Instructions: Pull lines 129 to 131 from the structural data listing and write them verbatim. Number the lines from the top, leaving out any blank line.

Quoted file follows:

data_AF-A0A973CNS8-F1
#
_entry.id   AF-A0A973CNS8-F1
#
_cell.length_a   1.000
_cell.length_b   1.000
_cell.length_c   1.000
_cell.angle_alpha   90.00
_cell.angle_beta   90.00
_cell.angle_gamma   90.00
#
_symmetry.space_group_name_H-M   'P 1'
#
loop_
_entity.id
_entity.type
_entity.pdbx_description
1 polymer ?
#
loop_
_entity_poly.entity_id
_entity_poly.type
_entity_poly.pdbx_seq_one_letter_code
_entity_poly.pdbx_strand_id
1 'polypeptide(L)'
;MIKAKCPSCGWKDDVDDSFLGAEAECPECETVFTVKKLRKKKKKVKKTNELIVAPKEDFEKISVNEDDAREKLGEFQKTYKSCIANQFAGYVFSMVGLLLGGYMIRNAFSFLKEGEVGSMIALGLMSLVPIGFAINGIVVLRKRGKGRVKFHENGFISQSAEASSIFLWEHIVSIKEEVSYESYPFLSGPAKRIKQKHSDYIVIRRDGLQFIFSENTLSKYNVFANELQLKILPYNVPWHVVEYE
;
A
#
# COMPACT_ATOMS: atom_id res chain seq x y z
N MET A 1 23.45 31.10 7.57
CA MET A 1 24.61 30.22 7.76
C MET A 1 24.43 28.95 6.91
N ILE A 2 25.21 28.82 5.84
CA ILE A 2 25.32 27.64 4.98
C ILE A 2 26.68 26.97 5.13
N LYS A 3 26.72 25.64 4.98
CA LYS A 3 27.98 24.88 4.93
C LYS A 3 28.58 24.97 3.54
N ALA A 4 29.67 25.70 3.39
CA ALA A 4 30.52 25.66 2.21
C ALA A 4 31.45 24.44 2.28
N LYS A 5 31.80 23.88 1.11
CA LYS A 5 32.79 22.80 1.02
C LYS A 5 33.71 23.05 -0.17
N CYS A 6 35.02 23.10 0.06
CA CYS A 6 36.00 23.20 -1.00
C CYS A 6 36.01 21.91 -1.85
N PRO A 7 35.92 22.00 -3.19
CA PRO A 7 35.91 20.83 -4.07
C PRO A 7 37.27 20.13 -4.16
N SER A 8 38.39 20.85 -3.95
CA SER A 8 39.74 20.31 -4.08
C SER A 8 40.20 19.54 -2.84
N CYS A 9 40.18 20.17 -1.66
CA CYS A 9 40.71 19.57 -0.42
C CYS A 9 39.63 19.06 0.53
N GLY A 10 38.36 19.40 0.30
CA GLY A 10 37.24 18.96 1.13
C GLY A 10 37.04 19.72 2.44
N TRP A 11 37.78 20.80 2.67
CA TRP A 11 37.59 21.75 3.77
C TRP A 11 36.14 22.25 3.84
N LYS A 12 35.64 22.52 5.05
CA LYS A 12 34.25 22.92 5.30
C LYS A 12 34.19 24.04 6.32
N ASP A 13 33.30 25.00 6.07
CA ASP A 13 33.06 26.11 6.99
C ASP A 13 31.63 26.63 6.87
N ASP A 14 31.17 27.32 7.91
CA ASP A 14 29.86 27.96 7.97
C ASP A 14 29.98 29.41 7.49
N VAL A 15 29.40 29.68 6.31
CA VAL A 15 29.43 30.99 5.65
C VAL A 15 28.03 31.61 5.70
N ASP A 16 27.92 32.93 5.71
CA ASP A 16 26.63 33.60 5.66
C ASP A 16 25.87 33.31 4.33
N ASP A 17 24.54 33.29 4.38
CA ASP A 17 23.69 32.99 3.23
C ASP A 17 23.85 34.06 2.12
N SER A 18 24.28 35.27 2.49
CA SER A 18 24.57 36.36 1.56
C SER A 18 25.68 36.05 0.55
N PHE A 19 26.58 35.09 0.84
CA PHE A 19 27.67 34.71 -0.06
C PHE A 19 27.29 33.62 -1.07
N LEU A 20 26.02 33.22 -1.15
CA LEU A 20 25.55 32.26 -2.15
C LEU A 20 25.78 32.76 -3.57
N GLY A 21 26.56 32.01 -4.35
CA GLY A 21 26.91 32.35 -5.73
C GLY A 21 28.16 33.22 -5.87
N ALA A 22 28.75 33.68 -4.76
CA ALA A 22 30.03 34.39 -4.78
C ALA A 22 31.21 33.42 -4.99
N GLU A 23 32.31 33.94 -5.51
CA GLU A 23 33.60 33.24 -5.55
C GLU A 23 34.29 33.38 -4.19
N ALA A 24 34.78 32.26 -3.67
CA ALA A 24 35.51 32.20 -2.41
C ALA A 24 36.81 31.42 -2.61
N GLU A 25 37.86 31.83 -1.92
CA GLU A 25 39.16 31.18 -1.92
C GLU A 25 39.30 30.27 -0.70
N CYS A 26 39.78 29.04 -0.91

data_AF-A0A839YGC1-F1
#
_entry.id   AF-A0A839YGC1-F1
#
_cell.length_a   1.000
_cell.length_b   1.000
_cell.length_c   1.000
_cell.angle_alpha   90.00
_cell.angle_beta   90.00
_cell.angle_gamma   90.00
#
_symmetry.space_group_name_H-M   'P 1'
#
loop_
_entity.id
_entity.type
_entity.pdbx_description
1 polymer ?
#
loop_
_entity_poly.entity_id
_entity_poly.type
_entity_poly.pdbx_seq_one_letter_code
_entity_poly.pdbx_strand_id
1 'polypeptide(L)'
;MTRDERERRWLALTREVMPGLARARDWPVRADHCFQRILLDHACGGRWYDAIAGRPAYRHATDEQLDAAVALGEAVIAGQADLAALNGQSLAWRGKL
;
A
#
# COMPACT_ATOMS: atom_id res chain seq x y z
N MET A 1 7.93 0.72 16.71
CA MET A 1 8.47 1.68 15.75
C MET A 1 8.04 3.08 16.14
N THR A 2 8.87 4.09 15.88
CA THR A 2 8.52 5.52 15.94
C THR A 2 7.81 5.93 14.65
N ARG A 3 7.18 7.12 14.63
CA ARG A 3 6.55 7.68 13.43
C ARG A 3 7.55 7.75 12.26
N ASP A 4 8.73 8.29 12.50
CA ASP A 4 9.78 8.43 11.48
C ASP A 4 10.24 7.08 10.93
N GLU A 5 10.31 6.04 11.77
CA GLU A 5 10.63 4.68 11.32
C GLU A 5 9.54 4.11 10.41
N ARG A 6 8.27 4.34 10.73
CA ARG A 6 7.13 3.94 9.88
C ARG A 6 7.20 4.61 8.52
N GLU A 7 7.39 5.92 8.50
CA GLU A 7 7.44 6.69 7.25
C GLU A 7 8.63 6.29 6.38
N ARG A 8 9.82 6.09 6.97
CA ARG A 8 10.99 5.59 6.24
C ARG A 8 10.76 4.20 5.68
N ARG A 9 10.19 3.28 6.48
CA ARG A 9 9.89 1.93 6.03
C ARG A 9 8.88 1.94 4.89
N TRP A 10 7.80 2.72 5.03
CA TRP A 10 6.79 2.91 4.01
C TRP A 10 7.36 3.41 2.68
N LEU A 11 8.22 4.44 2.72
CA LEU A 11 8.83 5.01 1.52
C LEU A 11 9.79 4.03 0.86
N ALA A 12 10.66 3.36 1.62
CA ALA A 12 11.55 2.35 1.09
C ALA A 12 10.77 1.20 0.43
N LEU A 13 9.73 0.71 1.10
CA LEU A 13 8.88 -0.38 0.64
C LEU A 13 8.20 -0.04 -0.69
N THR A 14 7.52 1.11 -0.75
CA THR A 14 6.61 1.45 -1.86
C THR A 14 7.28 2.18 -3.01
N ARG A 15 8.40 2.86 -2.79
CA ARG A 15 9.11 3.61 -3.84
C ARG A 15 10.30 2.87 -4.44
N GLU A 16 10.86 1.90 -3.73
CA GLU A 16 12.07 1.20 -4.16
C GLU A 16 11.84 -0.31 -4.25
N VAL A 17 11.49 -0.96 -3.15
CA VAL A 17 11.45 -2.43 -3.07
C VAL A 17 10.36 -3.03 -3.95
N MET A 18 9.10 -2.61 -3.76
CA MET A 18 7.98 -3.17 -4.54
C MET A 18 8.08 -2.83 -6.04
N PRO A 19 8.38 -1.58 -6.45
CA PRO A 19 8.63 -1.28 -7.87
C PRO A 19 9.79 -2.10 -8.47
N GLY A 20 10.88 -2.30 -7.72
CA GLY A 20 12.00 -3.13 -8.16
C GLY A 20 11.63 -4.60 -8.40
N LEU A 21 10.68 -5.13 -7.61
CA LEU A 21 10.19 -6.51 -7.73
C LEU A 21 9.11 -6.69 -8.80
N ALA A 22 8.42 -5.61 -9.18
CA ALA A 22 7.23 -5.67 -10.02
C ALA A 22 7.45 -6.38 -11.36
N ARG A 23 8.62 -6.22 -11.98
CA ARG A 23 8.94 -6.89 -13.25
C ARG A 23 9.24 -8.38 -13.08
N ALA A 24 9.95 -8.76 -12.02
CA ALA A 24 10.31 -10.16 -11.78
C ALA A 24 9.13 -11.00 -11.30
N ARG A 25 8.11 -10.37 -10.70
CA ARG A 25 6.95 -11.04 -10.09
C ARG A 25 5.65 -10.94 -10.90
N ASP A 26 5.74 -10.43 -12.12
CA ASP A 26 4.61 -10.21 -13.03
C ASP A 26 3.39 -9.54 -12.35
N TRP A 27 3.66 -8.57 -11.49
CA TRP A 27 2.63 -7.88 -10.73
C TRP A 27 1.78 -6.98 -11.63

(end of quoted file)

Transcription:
_entity_poly.pdbx_seq_one_letter_code
_entity_poly.pdbx_strand_id
1 'polypeptide(L)'